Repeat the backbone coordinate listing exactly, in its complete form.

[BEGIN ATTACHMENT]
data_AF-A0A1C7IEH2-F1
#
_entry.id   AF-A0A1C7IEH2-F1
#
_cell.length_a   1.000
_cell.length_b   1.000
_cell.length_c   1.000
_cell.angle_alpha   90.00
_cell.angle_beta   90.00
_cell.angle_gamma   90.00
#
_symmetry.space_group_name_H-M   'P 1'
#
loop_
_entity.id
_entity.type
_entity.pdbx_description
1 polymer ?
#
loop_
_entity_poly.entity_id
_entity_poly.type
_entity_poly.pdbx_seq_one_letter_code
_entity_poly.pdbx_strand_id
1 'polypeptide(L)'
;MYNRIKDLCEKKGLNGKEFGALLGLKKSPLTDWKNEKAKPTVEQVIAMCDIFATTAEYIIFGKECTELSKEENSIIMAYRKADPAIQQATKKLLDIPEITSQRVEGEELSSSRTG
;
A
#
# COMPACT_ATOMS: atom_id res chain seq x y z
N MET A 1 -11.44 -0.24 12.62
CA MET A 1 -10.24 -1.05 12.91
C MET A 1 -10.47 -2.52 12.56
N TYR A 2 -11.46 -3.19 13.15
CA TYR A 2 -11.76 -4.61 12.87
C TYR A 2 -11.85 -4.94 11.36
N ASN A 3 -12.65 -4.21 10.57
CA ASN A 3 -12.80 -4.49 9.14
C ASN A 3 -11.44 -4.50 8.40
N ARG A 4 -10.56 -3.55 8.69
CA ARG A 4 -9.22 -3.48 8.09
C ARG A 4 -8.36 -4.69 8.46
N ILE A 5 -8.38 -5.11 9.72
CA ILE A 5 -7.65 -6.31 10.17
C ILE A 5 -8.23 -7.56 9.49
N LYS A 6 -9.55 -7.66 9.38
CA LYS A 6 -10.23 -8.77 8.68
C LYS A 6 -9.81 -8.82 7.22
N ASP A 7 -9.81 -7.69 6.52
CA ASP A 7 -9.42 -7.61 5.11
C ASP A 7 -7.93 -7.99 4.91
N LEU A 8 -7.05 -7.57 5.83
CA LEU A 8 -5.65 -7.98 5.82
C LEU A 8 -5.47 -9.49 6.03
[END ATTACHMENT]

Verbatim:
data_AF-A0A1C7IEH2-F1
#
_entry.id   AF-A0A1C7IEH2-F1
#
_cell.length_a   1.000
_cell.length_b   1.000
_cell.length_c   1.000
_cell.angle_alpha   90.00
_cell.angle_beta   90.00
_cell.angle_gamma   90.00
#
_symmetry.space_group_name_H-M   'P 1'
#
loop_
_entity.id
_entity.type
_entity.pdbx_description
1 polymer ?
#
loop_
_entity_poly.entity_id
_entity_poly.type
_entity_poly.pdbx_seq_one_letter_code
_entity_poly.pdbx_strand_id
1 'polypeptide(L)'
;MYNRIKDLCEKKGLNGKEFGALLGLKKSPLTDWKNEKAKPTVEQVIAMCDIFATTAEYIIFGKECTELSKEENSIIMAYRKADPAIQQATKKLLDIPEITSQRVEGEELSSSRTG
;
A
#
# COMPACT_ATOMS: atom_id res chain seq x y z
N MET A 1 -11.44 -0.24 12.62
CA MET A 1 -10.24 -1.05 12.91
C MET A 1 -10.47 -2.52 12.56
N TYR A 2 -11.46 -3.19 13.15
CA TYR A 2 -11.76 -4.61 12.87
C TYR A 2 -11.85 -4.94 11.36
N ASN A 3 -12.65 -4.21 10.57
CA ASN A 3 -12.80 -4.49 9.14
C ASN A 3 -11.44 -4.50 8.40
N ARG A 4 -10.56 -3.55 8.69
CA ARG A 4 -9.22 -3.48 8.09
C ARG A 4 -8.36 -4.69 8.46
N ILE A 5 -8.38 -5.11 9.72
CA ILE A 5 -7.65 -6.31 10.17
C ILE A 5 -8.23 -7.56 9.49
N LYS A 6 -9.55 -7.66 9.38
CA LYS A 6 -10.23 -8.77 8.68
C LYS A 6 -9.81 -8.82 7.22
N ASP A 7 -9.81 -7.69 6.52
CA ASP A 7 -9.42 -7.61 5.11
C ASP A 7 -7.93 -7.99 4.91
N LEU A 8 -7.05 -7.57 5.83
CA LEU A 8 -5.65 -7.98 5.82
C LEU A 8 -5.47 -9.49 6.03